In 1986 I made my first hollow log birdhouses and feeders and ended up selling 100,000

Other work that I have done has been income-producing and some of the favourites have revolved around my interest in wildlife and birds especially. Of the collection I used to sell in Texas under the name Hollow Log birdhouses I had some favourites that came as my first designs. I made thousands of these birdhouses and these were my bread and butter items for several years. I wanted bluebird houses that were fit for purpose. I hunf= them on my fenceline. My first efforts were again an act of love. No money exchanged hands as I tested them out over several seasons. Of all of my wildlife encounters, my first most magical moment was seeing a pair of western bluebirds build their nest in one of my boxes and then raise a first and second brood in a single season. In making the thousands I took only wood that was destined for bulldozing and burning, converted it into product, fine product well made, and sold each piece to my customers. I was working for them when I made them in the same way I was making them for my family to support them as they grew. You see I was self-employed on paper, technically, yes, but I was engaged in work for my own needs and the needs of others. Was I self-employed? Yes and no. If self-employed means doing everything yourself then yes I was. I wore many hats in a day from bookkeeper to telephone operator, marketer to maker. This is self-employment. This is freelancing. Take it or leave it, we never work for ourselves, even when we retire!

My wide-mouthed birdhouses suited bluebirds perfectly well.

23 thoughts on “Making is Living”

  1. 100,000 birdhouses sold? Even at 1 hour per birdhouse, that would be a lot of hours! Avg 50 hrs per week and that is 38 years just making birdhouses. No weeks off either in that period. Is that a typo, maybe 10,000?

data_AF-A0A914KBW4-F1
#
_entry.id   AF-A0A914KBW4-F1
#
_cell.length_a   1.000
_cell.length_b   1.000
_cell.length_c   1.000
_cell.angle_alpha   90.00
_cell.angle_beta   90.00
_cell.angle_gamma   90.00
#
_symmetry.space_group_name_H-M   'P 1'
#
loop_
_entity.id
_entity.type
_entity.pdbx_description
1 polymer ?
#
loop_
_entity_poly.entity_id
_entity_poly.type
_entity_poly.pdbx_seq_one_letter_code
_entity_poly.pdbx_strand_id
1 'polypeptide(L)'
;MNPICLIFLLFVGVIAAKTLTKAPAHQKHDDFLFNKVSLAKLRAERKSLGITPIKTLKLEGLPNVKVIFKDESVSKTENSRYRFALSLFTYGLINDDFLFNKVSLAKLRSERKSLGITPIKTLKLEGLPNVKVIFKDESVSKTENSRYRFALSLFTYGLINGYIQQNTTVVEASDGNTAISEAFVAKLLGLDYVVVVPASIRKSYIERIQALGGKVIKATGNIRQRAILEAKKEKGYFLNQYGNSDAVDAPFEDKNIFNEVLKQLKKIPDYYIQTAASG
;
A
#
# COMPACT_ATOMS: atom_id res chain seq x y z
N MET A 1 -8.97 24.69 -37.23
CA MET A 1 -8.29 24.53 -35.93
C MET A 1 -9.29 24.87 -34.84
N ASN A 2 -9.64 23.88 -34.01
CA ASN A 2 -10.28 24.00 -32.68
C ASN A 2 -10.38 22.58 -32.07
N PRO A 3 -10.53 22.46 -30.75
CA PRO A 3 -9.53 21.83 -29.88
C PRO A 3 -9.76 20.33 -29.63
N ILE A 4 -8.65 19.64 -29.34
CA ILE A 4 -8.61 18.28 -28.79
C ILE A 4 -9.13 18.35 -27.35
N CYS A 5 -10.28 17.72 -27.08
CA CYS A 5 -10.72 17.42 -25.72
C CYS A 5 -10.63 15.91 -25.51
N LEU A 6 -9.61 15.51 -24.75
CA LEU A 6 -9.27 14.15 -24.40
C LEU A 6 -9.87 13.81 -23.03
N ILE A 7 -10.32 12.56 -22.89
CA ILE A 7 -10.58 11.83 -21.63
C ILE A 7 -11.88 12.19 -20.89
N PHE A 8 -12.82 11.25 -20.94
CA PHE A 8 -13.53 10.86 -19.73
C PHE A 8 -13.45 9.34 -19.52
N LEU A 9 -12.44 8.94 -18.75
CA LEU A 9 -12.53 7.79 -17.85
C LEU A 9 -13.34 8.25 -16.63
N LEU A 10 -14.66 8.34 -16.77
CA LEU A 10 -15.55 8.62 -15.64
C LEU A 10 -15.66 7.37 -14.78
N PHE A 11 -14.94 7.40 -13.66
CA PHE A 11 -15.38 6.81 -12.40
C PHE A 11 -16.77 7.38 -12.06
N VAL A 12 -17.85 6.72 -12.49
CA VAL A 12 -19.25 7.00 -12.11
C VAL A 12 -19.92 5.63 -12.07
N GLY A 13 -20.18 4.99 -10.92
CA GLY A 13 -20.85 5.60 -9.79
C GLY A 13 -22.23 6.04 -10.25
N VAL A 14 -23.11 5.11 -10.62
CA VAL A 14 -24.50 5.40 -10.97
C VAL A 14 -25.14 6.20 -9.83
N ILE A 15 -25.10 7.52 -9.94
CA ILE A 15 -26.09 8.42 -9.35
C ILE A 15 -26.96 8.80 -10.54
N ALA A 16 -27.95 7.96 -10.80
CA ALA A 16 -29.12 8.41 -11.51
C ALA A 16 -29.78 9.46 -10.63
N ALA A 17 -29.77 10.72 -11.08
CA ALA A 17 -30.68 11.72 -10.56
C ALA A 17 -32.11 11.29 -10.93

1. No, we cut out 150 per day and assembly was a day; two people, sometimes three working. Cut out time was approx 3 minutes. You were right on the holidays though. I have never taken more than one week per year plus Christmas.

      1. Andrew Wilkerson

        Great to read, thanks Paul. I am the same, I took my first proper holiday in 17 years just this last Feb, only a few days camping really and I was still keeping up with my emails and admin. Just last night I had a woman demand a refund she says I’ve had long enough now to make her sign and demanded her money back. I told her right from the start that she was on a long waiting list. Some people just have no idea what it takes to run a business, let along one where we have to do absolutely everything with our own hands custom made to order. It can be disheartening at times. I refunded her money immediately and sent her my opinion on the matter. Perhaps not as calm as you would have been though 🙂